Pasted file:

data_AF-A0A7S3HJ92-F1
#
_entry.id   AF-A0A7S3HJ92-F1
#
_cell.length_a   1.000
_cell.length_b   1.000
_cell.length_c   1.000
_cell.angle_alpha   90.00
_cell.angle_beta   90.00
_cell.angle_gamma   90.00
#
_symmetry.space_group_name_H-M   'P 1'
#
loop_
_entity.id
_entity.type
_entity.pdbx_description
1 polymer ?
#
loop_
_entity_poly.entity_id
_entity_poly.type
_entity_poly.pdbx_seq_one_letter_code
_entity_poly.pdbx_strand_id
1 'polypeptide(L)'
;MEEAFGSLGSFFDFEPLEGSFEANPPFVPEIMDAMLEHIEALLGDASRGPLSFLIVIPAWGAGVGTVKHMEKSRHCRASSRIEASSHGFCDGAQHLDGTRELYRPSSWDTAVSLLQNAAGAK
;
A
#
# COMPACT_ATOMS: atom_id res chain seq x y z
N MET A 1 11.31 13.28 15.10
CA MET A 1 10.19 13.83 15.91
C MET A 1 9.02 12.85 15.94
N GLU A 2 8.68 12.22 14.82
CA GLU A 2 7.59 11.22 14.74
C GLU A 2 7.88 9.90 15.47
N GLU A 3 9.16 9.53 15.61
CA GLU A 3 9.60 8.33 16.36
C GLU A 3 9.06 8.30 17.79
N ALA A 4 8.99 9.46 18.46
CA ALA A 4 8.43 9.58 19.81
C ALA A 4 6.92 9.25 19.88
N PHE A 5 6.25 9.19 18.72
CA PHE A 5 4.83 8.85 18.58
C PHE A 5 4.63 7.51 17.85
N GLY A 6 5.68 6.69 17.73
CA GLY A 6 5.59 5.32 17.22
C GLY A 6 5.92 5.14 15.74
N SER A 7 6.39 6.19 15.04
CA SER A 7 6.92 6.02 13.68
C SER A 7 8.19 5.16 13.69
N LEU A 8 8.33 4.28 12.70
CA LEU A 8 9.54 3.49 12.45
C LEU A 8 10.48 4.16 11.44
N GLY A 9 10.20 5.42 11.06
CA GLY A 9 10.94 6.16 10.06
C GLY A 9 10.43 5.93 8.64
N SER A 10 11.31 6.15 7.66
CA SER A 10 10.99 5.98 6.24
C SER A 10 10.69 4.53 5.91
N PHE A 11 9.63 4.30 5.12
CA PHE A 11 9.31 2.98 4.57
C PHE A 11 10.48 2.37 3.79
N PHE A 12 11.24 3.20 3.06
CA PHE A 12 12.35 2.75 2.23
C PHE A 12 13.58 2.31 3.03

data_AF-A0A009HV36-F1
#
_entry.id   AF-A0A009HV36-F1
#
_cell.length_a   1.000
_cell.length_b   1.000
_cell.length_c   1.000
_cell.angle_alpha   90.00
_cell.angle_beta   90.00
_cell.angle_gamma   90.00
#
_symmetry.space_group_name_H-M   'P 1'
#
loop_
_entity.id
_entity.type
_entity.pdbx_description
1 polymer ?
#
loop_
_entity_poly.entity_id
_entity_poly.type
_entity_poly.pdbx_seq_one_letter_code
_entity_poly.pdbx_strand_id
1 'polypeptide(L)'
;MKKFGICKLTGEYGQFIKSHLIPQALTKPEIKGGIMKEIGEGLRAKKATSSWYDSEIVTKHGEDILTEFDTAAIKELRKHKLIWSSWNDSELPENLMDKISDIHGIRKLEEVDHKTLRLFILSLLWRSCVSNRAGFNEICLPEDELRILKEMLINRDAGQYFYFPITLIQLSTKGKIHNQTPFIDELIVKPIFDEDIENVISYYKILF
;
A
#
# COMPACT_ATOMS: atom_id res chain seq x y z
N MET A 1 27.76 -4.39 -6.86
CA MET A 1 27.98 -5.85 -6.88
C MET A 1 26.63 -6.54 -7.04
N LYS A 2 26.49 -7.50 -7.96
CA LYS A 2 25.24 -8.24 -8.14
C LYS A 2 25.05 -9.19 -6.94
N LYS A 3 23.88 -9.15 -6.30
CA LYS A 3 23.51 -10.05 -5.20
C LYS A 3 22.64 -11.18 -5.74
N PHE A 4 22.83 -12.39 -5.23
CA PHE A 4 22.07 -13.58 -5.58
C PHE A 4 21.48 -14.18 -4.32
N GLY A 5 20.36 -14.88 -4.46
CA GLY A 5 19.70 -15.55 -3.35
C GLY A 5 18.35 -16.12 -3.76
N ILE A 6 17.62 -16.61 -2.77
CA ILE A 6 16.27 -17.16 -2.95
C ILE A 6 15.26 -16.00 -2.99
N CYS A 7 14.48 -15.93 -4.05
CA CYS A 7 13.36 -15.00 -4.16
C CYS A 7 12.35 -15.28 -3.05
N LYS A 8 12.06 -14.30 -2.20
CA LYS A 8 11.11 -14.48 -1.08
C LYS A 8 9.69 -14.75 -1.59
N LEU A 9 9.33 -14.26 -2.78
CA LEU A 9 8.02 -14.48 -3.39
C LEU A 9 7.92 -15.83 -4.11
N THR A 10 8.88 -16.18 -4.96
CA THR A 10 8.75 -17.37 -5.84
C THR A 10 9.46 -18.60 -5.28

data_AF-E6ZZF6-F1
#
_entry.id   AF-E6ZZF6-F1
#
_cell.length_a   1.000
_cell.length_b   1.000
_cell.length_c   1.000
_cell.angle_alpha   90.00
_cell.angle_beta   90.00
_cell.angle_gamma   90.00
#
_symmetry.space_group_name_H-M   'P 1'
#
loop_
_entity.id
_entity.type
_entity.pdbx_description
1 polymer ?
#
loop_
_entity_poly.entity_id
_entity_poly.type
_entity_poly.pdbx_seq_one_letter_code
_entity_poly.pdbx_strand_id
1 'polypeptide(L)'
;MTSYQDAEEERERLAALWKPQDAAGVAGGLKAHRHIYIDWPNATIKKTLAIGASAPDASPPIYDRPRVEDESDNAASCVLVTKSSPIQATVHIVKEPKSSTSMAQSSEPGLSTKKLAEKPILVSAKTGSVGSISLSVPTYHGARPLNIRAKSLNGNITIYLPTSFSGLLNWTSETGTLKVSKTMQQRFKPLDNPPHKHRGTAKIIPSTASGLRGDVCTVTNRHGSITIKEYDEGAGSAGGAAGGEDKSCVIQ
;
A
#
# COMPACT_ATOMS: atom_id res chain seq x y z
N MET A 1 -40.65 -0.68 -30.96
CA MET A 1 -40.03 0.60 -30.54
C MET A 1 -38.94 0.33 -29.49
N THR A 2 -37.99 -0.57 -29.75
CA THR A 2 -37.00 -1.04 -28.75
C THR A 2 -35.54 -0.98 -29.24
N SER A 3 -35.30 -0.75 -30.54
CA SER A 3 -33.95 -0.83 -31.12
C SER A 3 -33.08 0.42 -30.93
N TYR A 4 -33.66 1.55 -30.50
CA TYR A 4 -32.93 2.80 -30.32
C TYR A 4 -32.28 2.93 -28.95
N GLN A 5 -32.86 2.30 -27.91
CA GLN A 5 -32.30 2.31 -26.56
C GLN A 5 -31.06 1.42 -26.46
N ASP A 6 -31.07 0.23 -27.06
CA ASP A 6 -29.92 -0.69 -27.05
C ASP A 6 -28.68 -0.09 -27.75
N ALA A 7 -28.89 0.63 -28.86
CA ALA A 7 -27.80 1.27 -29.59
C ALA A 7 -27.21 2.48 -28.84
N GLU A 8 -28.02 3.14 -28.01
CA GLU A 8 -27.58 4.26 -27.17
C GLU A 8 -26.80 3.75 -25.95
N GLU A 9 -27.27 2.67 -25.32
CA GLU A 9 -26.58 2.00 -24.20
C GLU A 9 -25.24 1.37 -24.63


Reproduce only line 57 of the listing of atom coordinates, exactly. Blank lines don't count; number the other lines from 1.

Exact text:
C GLY A 9 10.43 5.93 8.64